Our property operations are organized into two geographic areas, the East and West. To manage our portfolio more efficiently and to increase the benefits from our local management expertise, we give direct responsibility for operations within each area to area operations leaders with regular senior management reviews. To enable the area operations leaders to focus on sales and service, as well as to improve financial control and budgeting, we have dedicated area financial officers who support the operations leaders. Additionally, with the exception of routine maintenance and purchases and installation of equipment and other capital assets, we have specialized teams that manage capital spending related to larger capital and construction projects, thus reducing the need for the area operations leaders to spend time on oversight of such projects.
We seek to improve our property operations by: employing service-oriented, well-trained employees; upgrading systems; standardizing business processes, operational measurements and internal reporting; and enhancing financial controls over field operations. We focus on the following areas:
Customer Service. Our operating culture is focused on our residents and we regularly monitor and evaluate our performance through a customer satisfaction tracking system. Our goal is to provide our residents with a high level of service in clean, safe and attractive communities. We have automated certain aspects of our on-site operations to enable our current and future residents to interact with us using methods that are efficient and effective for them, such as making on-line requests for service work, taking self-guided apartment community tours and executing electronic leases and lease renewals. In addition, we emphasize the quality of our on-site employees through recruiting, training and retention programs, which we believe contributes to improved customer service and leads to increased occupancy rates and enhanced operational performance.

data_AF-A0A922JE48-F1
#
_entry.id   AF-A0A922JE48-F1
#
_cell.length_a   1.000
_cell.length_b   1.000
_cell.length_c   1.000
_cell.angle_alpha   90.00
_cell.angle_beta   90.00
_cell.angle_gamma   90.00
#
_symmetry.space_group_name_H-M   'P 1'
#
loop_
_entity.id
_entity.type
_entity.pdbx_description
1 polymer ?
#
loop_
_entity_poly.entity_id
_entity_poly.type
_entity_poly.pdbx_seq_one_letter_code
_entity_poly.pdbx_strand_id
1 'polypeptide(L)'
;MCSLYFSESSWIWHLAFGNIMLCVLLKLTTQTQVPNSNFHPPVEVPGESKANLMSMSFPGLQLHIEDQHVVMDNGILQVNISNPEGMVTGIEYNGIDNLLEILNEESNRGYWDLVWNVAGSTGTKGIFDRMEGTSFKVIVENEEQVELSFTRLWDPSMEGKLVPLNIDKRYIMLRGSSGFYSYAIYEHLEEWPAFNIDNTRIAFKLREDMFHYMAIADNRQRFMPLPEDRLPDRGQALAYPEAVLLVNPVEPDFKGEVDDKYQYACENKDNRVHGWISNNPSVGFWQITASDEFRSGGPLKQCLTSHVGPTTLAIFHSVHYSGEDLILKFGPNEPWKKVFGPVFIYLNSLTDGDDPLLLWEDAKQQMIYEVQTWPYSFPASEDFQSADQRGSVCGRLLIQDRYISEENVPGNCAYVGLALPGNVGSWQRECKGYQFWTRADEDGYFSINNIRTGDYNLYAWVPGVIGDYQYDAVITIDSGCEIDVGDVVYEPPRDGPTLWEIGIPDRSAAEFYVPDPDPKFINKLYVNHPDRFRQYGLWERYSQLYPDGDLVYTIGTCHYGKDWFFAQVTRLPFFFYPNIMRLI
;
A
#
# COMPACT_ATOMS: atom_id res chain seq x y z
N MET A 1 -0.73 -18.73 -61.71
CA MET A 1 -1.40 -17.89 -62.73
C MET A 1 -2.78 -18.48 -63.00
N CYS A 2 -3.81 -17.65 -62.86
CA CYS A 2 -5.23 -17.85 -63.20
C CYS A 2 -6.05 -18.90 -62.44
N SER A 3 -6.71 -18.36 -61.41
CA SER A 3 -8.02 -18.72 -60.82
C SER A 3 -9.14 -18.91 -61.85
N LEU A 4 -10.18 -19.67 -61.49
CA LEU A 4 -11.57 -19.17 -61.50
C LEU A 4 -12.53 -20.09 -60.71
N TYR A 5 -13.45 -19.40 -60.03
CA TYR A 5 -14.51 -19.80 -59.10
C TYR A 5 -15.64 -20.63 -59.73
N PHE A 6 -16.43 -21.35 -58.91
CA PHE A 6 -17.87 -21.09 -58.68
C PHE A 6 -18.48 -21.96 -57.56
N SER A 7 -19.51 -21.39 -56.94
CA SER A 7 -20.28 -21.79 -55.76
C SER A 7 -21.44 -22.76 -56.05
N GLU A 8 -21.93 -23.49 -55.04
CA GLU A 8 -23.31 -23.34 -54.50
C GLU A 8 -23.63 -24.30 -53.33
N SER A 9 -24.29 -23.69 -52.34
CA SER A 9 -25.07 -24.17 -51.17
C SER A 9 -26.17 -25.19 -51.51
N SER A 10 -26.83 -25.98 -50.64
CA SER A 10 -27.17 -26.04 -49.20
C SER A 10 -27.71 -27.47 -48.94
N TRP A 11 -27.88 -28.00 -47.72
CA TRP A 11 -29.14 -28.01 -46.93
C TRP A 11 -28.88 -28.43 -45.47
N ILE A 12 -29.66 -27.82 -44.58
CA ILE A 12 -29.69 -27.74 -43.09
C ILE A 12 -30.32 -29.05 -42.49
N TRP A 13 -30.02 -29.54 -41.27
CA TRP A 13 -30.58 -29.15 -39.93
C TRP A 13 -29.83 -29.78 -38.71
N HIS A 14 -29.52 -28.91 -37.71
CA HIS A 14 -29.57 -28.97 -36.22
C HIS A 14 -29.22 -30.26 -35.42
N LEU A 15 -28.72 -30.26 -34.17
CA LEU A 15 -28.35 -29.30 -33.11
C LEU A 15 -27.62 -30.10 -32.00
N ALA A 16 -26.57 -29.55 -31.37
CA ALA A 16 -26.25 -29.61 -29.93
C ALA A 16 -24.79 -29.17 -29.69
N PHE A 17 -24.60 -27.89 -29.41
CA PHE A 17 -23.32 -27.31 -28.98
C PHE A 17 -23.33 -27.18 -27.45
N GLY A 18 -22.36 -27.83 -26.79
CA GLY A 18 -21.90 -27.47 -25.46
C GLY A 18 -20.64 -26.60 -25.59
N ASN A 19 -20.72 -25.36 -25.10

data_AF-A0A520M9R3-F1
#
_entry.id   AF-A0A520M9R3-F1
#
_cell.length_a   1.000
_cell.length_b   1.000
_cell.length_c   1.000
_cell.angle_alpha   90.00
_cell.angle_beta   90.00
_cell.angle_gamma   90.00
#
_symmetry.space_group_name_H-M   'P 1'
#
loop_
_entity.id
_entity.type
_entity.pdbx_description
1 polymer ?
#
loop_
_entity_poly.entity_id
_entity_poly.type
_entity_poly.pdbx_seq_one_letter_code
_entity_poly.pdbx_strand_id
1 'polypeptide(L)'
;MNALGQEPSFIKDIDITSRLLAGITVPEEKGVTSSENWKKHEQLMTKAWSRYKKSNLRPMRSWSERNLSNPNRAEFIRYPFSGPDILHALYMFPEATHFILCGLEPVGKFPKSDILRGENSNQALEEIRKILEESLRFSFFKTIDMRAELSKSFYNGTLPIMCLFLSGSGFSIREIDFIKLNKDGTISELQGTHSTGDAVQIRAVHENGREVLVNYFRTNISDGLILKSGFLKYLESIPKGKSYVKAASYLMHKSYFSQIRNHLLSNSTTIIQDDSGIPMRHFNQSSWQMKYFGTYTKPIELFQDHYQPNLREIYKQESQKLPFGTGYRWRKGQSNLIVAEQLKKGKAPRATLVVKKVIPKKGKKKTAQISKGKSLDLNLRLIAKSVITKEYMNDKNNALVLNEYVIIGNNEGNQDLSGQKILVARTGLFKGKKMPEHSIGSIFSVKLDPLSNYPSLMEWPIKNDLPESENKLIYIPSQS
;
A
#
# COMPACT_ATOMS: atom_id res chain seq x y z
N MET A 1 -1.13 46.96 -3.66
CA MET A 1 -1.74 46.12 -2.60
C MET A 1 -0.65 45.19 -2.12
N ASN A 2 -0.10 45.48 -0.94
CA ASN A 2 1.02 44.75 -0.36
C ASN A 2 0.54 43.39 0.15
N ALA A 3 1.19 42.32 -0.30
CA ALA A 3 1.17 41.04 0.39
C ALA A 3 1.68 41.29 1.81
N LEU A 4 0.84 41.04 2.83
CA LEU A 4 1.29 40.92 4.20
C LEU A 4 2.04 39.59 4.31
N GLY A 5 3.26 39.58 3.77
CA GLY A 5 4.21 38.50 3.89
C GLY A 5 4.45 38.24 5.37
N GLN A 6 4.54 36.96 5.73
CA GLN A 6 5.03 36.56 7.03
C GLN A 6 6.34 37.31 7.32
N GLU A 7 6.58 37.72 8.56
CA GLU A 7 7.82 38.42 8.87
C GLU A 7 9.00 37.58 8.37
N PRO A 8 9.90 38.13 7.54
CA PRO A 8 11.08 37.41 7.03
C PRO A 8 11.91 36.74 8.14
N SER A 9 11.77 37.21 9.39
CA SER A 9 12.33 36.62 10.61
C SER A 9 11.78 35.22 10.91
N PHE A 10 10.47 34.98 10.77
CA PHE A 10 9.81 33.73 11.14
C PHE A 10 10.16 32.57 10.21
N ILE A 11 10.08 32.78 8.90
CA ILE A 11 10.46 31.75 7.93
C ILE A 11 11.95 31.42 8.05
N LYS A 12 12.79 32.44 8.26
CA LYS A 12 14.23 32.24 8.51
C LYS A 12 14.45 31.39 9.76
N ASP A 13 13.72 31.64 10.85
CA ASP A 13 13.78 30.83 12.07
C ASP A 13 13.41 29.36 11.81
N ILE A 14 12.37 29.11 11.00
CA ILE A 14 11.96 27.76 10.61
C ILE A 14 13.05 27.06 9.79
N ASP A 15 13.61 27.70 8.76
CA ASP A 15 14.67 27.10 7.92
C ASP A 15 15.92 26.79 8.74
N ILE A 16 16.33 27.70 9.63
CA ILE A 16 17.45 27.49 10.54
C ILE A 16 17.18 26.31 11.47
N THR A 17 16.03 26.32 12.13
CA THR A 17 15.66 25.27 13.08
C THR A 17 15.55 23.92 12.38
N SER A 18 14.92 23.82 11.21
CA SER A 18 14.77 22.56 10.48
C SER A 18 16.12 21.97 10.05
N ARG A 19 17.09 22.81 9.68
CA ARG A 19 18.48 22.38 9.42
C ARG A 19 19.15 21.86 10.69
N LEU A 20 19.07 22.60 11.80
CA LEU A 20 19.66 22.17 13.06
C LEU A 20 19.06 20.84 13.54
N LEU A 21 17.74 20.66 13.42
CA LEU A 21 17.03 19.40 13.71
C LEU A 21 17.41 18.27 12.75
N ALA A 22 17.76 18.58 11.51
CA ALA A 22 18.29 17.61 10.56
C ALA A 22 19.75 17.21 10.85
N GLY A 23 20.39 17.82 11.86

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Resident Selection and Retention. In apartment communities, neighbors are a meaningful part of the value provided, together with the location of the community and the physical quality of the apartment homes. Part of our property operations strategy is to focus on attracting and retaining credit-worthy residents who are also good neighbors. We have structured goals and coaching for all of our sales personnel, a tracking system for inquiries and a standardized renewal communication program. We have standardized residential financial stability requirements and have policies and monitoring practices to maintain our resident quality.
Revenue Management and Ancillary Services. For our conventional apartment communities, we have a centralized revenue management system that leverages people, processes and technology to work in partnership with our area operational management teams to develop rental rate pricing. We seek to increase revenue, net operating income and free cash flow by optimizing the balance between rental and occupancy rates, as well as taking into consideration the cost of preparing an apartment home for a new resident. We are also focused on careful measurements of on-site operations, as we believe that timely and accurate collection of apartment community performance and resident profile data will enable us to maximize revenue through better property management and leasing decisions. We maximize rental revenue with timely data and analysis of new and renewal pricing for each apartment home, thereby enabling us to respond quickly to changes in supply and demand. We also generate incremental revenue by providing services to our residents, including, at certain apartment communities, telephone services, appliance rental, and carport, garage and storage space rental.
Controlling Expenses. Cost controls are accomplished by local focus at the area level; taking advantage of economies of scale at the corporate level; and through electronic procurement. Refer to the Results of Operations discussion within Item 7 for further information regarding our cost controls.
Maintaining and Improving Apartment Community Quality. We believe that the physical condition and amenities of our apartment communities are important factors in our ability to maintain and increase rental rates. We invest in the maintenance and improvement of our apartment communities primarily through: Capital Improvements, which are non-redevelopment capital additions that are made to enhance the value, profitability or useful life of an asset from its condition at the date of our purchase; Capital Replacements, which are capital additions made to replace capital assets consumed during our ownership; and Property Upgrades, which may include kitchen and bath remodeling, energy conservation projects, and investments in longer-lived materials designed to reduce turnover costs, such as simulated wood flooring and granite countertops. We also improve apartment community quality through the redevelopment of certain apartment communities in superior locations. Refer to the Portfolio Management section below for further discussion of our redevelopment strategy.